In a next-generation prison, inmates are “corrected” over a few days by an A.I. linked to their consciousness. Cyrus, a lonely parole officer, becomes obsessed with Alice – a sociopathic inmate that the A.I. seems unable to reform.
“Corrections” by Nick Tucker
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More About Corrections:
In a future prison, inmates are not locked up for years – they’re connected to an accelerated simulation that allows them to serve their entire sentence in a few days. What these inmates don’t know is that before they’re released, they undergo a “Parole Simulation” that seems utterly real – and their moral resolve is tested in their most private moments. In this way, only the truly reformed are deemed “corrected” and released back into society. Cyrus, a lonely parole technician, becomes obsessed with Alice – an alluring and sociopathic inmate that the system seems unable to reform. While most inmates are corrected and released quickly, Alice has failed nearly a thousand Parole Simulations. Cyrus tries convincing Alice to undergo a procedure that will radically alter her personality, so she can finally be corrected and released. But Alice has her own plans. Despite having her memory wiped between Parole Simulations, she gets to Cyrus – seducing him and chipping away at his sanity … until it’s not clear who has the upper hand.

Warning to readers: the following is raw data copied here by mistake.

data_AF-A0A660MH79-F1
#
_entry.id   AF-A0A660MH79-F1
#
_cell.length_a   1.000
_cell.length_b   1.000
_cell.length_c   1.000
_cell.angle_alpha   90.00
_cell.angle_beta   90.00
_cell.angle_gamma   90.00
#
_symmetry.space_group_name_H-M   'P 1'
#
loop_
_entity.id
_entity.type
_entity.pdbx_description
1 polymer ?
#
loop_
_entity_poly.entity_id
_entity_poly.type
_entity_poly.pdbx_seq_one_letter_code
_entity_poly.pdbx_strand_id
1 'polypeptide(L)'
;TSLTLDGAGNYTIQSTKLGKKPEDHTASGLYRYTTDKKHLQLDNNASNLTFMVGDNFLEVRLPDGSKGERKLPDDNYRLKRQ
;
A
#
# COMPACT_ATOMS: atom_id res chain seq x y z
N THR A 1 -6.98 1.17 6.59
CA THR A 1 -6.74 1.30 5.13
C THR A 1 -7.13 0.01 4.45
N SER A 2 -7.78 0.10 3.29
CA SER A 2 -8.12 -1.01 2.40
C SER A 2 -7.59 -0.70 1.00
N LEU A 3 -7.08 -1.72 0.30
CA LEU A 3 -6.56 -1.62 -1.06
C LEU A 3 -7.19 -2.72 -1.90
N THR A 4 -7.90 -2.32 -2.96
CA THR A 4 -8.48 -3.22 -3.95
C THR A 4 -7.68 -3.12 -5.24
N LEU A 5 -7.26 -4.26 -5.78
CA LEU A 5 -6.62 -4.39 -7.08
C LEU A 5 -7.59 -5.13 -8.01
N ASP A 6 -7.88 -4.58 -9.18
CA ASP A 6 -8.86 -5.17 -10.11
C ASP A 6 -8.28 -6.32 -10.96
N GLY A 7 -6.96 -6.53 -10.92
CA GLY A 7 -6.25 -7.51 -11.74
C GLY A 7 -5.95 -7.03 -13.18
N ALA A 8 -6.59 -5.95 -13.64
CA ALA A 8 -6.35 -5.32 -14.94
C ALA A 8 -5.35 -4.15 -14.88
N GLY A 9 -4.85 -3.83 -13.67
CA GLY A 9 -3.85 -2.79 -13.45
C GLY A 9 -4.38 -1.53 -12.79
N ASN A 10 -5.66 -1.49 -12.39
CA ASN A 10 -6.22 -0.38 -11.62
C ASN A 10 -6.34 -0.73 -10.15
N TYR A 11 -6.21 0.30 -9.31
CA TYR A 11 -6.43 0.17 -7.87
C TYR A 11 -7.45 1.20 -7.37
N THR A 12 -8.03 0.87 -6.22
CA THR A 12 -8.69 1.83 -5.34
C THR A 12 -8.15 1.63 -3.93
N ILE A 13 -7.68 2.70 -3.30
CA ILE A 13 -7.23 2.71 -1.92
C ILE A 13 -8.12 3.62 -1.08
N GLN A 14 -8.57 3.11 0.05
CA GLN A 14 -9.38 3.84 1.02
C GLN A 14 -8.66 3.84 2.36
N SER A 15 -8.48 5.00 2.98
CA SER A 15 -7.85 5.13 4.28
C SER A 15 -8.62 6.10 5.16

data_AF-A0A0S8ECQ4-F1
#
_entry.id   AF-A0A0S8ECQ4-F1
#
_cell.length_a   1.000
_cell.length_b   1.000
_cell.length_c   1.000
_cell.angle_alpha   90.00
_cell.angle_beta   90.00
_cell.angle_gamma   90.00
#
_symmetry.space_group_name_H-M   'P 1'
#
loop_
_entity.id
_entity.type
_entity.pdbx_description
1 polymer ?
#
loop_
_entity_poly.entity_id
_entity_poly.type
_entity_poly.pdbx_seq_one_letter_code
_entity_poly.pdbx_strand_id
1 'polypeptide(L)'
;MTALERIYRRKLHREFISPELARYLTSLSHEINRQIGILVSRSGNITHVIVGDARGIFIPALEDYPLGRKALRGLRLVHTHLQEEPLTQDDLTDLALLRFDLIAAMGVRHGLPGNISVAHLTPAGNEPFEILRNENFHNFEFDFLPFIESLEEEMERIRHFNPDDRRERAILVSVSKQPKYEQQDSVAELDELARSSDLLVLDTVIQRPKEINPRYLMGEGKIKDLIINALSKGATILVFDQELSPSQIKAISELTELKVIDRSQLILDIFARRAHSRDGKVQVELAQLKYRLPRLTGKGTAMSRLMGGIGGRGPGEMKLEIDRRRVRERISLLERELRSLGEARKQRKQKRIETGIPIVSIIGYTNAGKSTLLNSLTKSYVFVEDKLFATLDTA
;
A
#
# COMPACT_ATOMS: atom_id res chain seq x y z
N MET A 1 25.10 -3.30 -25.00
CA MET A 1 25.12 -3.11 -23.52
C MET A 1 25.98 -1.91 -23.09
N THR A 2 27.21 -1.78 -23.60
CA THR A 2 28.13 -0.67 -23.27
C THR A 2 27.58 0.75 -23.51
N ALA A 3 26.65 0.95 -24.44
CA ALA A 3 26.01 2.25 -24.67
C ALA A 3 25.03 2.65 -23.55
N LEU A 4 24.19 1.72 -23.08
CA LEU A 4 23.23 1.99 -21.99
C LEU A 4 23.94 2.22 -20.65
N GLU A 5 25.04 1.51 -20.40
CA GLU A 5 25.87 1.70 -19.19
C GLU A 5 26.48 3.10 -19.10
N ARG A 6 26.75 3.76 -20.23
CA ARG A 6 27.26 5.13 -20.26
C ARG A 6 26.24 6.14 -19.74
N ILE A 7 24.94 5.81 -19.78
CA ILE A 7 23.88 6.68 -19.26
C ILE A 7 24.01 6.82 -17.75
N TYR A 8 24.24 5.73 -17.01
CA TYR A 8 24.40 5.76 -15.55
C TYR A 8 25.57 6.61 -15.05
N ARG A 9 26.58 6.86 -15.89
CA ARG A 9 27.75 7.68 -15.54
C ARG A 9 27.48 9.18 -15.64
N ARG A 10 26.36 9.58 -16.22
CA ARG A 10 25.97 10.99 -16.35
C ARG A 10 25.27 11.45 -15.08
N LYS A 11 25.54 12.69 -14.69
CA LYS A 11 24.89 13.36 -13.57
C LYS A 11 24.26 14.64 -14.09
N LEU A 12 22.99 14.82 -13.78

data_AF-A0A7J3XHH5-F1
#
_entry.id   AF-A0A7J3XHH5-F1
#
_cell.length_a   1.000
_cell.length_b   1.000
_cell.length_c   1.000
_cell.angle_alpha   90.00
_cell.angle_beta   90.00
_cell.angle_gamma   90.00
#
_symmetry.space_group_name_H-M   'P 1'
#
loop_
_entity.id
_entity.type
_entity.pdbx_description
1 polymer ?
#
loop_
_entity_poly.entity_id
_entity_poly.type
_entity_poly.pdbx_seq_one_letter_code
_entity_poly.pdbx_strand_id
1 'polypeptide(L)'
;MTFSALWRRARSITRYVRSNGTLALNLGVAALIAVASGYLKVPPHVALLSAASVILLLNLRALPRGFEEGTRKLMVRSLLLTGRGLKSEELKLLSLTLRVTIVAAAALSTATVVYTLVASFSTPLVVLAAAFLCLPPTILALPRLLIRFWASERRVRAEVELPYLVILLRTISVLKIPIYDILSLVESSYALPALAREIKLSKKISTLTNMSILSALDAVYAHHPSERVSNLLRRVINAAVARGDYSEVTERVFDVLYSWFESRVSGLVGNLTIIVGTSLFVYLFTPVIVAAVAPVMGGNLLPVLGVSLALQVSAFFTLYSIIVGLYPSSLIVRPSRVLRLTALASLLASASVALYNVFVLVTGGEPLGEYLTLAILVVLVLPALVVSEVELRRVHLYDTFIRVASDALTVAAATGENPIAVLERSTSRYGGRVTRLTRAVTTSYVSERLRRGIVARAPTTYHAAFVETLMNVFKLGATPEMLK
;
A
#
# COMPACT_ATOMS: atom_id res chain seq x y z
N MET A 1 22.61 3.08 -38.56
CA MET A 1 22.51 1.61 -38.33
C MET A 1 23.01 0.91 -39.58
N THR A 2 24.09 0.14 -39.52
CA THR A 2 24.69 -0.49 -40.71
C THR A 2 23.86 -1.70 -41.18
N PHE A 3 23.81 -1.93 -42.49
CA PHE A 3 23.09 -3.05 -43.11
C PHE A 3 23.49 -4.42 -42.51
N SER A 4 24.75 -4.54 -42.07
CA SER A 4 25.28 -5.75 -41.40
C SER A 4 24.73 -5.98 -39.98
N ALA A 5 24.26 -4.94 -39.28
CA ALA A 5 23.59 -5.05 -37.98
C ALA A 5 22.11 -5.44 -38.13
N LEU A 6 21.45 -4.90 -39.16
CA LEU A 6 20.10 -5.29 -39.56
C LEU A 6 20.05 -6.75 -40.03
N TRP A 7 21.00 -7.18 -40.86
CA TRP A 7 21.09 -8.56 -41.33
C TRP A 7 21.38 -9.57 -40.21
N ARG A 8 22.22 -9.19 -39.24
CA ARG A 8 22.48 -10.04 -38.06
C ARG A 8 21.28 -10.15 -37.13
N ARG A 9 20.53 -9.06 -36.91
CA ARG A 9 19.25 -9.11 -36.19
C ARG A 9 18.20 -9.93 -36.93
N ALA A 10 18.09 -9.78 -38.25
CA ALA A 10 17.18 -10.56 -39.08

A message from the filmmaker:
Corrections is a story about a world of nearly complete state surveillance, a world that has abandoned trust for security — a world distressingly similar to our own. I wrote Corrections as a way to examine issues of surveillance, privacy, and the role they play
in how we make choices. How can we be our true self when we’re constantly under the eyes of others? We like to think that surveillance can only reveal people’s true character, but the
pressure of constant observation has just as much power to influence how we behave and think of ourselves. Corrections is also about relationships between people, the way we exert power over others in surprising ways, and how we make ourselves into victims, or victimizers, without realizing it. Cyrus and Alice are locked in a power struggle, their drives and weaknesses conspiring to create a truly toxic relationship. I want the film to leave viewers wondering if it’s possible to truly correct people, and if we really want to live in a world where there’s no room for the people we can’t “fix.”